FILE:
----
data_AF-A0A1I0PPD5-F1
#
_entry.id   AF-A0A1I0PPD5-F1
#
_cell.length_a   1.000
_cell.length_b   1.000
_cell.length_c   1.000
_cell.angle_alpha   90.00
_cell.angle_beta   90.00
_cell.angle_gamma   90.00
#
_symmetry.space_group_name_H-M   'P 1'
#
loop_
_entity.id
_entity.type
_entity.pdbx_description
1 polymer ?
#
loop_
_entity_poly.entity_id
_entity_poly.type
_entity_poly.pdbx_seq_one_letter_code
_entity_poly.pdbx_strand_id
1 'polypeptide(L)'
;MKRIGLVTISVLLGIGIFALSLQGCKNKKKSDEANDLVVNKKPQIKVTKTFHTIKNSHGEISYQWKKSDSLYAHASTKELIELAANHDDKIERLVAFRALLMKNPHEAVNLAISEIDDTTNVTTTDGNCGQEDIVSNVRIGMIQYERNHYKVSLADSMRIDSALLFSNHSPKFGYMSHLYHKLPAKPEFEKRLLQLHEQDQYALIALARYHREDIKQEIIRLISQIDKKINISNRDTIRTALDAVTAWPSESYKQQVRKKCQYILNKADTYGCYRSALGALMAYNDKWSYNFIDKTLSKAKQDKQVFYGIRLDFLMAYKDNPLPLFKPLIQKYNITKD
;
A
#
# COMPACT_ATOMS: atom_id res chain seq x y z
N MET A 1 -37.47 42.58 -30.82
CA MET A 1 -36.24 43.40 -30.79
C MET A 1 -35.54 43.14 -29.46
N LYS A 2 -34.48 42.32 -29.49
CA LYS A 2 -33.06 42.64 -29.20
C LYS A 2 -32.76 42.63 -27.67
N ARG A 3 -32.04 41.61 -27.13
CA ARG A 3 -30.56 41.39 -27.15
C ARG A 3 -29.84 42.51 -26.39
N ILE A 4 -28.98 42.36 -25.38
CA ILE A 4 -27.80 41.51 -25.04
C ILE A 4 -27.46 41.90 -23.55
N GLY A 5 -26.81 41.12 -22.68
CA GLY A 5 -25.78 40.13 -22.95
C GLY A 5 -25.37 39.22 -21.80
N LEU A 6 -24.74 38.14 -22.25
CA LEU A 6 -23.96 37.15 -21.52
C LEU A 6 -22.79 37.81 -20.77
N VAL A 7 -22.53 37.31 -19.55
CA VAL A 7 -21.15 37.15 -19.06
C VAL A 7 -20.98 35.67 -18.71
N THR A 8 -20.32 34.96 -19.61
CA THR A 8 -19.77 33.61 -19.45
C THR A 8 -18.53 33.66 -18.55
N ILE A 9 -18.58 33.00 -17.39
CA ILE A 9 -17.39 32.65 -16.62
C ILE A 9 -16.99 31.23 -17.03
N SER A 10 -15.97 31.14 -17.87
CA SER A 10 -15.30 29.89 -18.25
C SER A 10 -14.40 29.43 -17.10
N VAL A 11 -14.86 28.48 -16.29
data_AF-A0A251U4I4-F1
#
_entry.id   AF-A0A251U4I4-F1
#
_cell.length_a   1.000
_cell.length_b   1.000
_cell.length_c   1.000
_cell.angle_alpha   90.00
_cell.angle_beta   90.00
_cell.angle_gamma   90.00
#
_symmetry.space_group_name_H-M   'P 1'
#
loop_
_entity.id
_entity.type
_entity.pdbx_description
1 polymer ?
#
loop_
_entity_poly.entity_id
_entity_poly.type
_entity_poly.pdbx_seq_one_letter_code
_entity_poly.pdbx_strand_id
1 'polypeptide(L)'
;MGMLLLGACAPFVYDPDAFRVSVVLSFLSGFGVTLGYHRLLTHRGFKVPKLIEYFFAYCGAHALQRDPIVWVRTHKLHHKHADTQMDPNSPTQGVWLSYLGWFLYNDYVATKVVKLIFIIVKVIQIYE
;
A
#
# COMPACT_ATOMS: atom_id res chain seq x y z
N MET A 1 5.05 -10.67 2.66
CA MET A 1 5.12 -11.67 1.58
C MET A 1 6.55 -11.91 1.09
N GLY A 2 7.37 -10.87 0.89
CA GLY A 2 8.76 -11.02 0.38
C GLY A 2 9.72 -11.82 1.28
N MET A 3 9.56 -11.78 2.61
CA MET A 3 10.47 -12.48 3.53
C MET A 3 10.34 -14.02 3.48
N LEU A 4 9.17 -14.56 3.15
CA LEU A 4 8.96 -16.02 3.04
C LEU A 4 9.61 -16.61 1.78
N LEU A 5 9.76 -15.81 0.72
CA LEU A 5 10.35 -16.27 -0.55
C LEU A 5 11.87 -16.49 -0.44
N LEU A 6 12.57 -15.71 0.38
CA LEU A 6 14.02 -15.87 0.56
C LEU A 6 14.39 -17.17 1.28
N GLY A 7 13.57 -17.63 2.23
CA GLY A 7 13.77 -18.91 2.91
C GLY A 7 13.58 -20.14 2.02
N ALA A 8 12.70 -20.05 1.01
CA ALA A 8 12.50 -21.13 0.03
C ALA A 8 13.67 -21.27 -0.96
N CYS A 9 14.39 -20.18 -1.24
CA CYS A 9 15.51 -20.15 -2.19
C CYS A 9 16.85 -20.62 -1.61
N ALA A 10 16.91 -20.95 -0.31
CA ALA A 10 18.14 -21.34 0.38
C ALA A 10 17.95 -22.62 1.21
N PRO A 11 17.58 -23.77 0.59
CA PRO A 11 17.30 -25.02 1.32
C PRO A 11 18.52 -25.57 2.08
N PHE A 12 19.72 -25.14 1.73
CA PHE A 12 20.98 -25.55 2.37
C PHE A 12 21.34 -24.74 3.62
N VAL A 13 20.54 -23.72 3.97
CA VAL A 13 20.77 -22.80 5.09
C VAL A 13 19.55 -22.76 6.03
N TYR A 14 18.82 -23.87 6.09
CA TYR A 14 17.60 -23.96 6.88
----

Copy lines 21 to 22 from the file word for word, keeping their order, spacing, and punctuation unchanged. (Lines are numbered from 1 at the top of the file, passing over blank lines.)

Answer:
_entity_poly.entity_id
_entity_poly.type